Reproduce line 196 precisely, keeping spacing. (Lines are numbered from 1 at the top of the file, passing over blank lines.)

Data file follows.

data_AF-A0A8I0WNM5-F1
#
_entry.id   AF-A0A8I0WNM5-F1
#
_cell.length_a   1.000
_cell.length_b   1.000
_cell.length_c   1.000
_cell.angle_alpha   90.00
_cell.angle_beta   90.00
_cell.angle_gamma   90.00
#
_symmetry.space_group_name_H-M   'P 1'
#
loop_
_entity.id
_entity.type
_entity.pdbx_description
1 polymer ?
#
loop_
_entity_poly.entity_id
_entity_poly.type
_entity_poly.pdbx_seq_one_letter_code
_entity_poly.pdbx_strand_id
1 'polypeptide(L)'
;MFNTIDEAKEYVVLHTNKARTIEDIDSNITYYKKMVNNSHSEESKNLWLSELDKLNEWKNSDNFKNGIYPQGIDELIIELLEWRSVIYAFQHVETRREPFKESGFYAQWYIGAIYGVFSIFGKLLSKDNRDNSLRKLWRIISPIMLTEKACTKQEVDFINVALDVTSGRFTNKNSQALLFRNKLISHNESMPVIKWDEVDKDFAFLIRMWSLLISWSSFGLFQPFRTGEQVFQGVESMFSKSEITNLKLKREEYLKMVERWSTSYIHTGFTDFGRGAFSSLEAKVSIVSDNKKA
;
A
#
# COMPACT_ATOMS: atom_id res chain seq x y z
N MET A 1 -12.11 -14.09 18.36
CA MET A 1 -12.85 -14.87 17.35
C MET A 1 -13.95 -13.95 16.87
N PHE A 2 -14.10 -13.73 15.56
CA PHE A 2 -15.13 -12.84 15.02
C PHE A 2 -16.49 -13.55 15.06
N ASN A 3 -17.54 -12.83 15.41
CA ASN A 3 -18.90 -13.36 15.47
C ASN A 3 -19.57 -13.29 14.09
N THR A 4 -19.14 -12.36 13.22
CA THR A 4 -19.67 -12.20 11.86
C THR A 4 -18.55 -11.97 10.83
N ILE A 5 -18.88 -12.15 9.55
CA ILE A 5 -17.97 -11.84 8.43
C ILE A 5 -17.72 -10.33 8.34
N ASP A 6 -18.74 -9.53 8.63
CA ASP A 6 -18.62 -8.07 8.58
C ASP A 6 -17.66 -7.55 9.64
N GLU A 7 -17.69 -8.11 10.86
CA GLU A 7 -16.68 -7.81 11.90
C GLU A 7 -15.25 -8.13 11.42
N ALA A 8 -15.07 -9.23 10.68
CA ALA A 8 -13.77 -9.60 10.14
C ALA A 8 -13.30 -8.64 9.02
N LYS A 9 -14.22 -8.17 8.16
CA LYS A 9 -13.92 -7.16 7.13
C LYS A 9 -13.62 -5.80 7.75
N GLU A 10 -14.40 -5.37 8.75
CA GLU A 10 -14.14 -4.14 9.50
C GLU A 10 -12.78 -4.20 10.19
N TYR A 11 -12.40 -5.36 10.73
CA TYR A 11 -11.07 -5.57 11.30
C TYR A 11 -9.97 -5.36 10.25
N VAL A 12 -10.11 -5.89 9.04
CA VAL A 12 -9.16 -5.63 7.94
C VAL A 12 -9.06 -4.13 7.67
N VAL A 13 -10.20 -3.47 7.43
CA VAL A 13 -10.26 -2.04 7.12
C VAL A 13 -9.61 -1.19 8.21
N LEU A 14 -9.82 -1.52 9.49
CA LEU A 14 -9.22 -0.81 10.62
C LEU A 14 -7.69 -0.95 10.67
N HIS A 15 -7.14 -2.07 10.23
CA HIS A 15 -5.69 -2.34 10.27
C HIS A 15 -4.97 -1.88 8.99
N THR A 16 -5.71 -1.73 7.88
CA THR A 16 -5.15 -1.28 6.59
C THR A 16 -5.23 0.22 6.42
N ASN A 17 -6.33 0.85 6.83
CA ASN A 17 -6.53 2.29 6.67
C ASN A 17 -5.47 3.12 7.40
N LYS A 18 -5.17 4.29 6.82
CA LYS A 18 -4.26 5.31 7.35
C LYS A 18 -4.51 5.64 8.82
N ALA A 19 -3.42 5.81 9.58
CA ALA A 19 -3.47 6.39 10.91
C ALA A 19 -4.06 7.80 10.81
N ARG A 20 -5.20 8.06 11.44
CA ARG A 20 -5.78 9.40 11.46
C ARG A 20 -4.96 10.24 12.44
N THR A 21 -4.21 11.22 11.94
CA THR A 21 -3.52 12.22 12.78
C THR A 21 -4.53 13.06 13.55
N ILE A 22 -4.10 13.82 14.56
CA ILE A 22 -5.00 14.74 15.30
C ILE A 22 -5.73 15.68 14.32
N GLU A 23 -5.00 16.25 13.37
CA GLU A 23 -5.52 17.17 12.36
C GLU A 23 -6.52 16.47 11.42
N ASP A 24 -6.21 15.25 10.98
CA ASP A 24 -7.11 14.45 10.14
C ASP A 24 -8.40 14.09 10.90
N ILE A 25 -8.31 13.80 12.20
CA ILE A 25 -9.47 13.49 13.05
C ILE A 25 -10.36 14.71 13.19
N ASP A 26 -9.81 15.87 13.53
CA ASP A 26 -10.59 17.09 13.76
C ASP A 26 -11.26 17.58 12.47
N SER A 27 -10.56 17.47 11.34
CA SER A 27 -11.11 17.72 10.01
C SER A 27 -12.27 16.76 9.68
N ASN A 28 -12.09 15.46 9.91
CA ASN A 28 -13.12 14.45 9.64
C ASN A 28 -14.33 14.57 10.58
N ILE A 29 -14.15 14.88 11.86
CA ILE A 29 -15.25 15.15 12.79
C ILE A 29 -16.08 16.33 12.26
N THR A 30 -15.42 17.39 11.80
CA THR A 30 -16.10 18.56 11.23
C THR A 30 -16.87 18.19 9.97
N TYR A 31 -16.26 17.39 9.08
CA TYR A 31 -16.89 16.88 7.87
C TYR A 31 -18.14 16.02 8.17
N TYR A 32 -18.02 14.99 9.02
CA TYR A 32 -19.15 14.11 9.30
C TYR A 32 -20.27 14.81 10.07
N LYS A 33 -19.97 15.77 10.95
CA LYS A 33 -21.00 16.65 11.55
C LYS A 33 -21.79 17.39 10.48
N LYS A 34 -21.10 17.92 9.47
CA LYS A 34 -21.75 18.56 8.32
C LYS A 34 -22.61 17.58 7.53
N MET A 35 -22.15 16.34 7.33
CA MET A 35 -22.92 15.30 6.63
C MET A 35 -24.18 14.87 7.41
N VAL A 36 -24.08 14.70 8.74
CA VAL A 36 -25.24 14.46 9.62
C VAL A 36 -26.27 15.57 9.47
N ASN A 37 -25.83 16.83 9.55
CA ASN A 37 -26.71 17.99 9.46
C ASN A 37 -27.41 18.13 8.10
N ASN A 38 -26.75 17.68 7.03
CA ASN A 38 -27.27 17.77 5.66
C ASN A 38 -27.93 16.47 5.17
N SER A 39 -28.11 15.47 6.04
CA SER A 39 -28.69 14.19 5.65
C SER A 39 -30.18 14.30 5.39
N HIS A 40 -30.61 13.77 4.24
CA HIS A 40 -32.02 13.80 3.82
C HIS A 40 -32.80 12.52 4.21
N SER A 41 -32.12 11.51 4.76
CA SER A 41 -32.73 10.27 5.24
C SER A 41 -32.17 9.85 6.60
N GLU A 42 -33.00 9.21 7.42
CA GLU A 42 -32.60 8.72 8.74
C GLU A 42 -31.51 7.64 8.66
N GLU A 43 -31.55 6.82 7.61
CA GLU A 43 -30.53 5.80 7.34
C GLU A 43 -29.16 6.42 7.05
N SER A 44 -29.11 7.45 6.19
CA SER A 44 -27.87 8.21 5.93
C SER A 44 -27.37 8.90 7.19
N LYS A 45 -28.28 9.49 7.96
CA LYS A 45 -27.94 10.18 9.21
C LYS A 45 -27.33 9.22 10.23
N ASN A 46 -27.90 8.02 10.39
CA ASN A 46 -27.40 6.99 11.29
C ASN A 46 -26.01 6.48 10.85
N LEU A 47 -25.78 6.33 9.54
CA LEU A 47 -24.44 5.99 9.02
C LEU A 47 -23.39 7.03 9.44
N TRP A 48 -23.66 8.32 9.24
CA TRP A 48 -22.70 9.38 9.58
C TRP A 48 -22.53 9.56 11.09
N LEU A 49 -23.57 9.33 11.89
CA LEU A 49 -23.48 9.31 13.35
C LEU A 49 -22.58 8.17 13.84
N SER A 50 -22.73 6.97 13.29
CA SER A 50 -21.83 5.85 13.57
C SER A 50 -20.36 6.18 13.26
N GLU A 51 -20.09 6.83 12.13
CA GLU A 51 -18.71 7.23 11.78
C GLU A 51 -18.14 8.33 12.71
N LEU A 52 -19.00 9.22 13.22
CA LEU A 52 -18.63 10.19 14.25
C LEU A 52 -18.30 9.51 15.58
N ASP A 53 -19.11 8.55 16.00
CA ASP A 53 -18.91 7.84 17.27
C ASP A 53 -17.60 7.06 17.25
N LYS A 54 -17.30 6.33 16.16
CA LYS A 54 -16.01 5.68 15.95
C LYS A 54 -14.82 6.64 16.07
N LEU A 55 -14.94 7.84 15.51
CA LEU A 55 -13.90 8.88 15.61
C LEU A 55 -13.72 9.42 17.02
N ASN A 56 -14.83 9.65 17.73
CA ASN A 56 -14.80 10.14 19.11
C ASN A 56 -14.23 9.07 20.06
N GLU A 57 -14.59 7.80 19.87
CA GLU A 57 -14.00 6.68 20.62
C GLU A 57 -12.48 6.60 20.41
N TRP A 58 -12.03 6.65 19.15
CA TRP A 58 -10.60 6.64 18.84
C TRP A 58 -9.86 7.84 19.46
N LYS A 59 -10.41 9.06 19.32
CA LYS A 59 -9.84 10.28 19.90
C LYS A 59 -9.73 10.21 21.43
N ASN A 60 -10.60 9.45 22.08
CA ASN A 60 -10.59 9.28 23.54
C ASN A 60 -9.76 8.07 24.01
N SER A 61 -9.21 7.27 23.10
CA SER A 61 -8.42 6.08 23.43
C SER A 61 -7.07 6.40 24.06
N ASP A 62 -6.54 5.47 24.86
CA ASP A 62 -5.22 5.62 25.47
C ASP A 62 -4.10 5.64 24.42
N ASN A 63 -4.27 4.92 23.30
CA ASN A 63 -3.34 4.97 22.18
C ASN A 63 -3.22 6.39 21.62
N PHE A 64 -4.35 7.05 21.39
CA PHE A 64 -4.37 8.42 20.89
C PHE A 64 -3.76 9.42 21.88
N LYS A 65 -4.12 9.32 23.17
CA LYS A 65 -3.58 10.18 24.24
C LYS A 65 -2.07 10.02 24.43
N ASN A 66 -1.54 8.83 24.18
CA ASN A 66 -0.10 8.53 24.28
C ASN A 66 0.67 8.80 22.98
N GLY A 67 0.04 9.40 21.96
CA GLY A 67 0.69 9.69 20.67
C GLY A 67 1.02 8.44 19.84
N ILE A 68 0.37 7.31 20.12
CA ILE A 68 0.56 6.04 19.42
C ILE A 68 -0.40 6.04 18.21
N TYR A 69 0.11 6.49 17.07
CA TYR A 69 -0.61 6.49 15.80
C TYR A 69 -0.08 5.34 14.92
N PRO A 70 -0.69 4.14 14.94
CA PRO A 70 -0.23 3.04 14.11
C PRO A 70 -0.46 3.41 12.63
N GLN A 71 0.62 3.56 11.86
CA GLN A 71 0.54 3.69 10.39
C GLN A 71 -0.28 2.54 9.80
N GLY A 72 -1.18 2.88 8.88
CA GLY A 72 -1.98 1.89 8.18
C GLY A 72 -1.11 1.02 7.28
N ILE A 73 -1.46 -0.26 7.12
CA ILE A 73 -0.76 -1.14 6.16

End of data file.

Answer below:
N ASN A 56 -14.83 9.65 17.73